Sunday, January 13, 2013

How ACTFL *labels* misinform us

Awhile ago, I met a Canadian who lives and works in China. He told me something like this:

"I did a proficiency interview over the phone. They told me that after being here for seven years, I'm 'Intermediate High'. I'm not yet 'Advanced' but at least I'm 'Intermediate High'. I feel pretty good about that."

"Intermediate High" and "Advanced" are labels for proficiency levels used by the American Council of Teachers of Foreign Languages and chosen for rating "learners" who have been learning a language in school or university classes in America, without living and working where the language is normally used. Those labels therefore don't apply to that guy in China, nor to you or me if we're living and working abroad in the country where the language is regularly used. For our situations, the corresponding labels would be "'Survival Proficiency' with some features of 'Limited Working Proficiency'" ( for "Intermdiate High") and "Limited Working Proficiency" (for "Advanced"). These are the US government labels designed to describe those who live and work where the language is regularly used, not people taking language classes in schools and universities in the US.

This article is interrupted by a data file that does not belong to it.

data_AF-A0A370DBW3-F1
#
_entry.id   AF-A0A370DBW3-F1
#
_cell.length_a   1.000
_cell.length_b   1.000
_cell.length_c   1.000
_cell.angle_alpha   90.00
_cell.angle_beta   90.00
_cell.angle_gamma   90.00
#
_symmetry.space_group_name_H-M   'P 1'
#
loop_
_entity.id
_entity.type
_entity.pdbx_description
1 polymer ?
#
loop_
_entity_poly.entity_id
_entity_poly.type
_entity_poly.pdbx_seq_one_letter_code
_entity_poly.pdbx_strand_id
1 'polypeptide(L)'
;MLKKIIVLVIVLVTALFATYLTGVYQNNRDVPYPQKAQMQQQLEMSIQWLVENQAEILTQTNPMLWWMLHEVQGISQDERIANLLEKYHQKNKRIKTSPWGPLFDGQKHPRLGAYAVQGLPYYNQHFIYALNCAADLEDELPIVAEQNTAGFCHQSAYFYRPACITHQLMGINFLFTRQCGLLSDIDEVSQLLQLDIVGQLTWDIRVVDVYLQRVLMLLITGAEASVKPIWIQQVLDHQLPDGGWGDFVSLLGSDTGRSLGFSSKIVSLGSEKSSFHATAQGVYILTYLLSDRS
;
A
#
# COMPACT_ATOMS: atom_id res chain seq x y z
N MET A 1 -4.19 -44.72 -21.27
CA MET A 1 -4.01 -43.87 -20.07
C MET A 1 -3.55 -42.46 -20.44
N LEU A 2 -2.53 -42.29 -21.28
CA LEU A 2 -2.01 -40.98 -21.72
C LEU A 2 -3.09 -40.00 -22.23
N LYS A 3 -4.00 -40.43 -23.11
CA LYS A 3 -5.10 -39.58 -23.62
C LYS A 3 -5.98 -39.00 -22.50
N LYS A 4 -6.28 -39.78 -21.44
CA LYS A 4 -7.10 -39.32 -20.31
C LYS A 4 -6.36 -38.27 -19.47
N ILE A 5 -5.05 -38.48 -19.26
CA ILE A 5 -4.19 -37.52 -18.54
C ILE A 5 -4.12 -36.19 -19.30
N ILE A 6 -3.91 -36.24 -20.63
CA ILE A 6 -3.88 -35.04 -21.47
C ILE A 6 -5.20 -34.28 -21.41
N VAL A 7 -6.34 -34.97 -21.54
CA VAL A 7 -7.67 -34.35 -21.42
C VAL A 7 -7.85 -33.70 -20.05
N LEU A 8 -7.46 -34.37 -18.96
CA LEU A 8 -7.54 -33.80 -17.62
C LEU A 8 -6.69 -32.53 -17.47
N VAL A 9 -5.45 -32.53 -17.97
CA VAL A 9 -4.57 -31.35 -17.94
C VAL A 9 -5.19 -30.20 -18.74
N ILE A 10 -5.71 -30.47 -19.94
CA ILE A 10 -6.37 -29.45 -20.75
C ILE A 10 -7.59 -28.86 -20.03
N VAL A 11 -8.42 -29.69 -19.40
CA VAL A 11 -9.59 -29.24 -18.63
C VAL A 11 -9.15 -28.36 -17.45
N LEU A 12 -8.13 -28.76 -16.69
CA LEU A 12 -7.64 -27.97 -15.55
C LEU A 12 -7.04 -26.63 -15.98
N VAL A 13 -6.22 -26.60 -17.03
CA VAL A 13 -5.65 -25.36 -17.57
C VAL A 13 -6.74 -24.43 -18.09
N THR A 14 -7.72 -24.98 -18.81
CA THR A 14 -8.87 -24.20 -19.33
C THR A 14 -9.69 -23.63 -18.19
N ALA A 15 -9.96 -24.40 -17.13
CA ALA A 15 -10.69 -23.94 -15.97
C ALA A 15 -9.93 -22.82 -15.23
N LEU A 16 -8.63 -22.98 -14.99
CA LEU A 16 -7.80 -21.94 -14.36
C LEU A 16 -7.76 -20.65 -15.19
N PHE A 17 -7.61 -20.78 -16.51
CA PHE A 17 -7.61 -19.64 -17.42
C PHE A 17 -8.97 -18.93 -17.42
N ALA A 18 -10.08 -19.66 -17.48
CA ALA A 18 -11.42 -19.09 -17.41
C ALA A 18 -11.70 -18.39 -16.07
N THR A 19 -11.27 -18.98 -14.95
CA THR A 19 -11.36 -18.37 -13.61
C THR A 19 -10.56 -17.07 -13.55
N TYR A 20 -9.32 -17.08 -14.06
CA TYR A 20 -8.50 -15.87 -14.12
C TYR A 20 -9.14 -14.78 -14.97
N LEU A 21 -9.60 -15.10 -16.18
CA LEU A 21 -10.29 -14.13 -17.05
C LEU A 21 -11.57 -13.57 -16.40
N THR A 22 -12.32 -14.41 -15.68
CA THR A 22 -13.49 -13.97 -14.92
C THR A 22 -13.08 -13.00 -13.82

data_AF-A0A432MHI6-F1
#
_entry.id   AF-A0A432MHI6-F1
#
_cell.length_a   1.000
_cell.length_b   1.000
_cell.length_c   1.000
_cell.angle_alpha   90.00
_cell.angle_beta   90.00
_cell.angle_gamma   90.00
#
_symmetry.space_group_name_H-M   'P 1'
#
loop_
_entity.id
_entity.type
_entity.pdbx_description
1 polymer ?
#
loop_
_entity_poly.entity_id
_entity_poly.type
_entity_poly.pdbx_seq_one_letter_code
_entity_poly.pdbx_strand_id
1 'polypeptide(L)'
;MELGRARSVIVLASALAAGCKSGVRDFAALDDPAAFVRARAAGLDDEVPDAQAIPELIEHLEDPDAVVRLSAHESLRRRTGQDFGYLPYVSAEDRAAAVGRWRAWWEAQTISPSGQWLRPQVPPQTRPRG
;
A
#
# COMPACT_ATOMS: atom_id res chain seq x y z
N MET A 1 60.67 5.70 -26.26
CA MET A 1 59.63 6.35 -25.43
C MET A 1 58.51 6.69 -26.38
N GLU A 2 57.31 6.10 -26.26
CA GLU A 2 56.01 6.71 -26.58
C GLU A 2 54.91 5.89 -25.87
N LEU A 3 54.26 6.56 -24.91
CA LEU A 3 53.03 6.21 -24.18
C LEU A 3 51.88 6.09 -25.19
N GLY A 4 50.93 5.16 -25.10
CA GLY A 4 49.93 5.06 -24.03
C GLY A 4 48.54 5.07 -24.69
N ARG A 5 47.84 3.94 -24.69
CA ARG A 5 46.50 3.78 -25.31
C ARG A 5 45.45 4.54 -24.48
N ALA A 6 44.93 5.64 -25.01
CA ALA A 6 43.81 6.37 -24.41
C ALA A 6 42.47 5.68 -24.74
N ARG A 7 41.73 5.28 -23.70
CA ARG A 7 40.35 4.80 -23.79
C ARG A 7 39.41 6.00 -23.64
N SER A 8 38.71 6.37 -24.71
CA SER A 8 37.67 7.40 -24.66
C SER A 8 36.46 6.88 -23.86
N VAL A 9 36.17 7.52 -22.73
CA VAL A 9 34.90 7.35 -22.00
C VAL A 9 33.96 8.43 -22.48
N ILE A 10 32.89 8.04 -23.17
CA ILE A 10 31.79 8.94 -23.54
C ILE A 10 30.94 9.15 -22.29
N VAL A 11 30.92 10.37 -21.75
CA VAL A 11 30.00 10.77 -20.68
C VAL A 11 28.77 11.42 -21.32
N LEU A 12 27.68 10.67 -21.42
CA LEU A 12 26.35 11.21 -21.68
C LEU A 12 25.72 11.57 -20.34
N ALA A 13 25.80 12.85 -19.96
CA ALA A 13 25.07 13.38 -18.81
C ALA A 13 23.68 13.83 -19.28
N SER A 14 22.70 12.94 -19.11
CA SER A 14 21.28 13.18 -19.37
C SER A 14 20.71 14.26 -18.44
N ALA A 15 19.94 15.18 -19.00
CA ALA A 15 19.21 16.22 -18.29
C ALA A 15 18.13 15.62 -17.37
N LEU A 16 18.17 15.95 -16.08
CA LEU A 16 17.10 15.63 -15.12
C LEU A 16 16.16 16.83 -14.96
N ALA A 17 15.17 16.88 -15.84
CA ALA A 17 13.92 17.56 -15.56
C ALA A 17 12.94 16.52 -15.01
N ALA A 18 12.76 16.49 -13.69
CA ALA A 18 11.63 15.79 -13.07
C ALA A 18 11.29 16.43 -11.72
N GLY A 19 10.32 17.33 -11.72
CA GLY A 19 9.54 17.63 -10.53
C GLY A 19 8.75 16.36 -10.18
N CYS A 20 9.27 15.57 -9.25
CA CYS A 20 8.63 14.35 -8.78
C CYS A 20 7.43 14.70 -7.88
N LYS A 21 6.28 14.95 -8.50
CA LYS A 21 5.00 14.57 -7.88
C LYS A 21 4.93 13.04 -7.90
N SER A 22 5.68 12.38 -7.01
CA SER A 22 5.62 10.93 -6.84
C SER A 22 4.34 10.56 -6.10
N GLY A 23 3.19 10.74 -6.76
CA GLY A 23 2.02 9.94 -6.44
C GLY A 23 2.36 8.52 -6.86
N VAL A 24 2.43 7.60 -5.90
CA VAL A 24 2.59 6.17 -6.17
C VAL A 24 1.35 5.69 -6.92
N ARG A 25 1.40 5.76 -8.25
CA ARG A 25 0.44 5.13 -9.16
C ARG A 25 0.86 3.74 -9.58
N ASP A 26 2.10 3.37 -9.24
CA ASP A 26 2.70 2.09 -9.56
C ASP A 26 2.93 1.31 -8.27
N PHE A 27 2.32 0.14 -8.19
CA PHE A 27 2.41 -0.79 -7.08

So now, let's translate that guy's report from the misleading ACTFL labels to the appropriate US government (FSI/ILR) labels:

"I did a proficiency interview over the phone. They told me that after being here for seven years, I have 'Survival Proficiency' with some features of 'Limited Working Proficncy'. I'm not yet at the level of  'Limted Working Proficiency' but at least I'm at 'Survival proficiency' with some features of 'Limited Working Proficiency'. I feel pretty good about that."

After 7 years, would he really feel good to hear this? We need to use the right labels in the right contexts, or we are telling innocent people something other than the truth!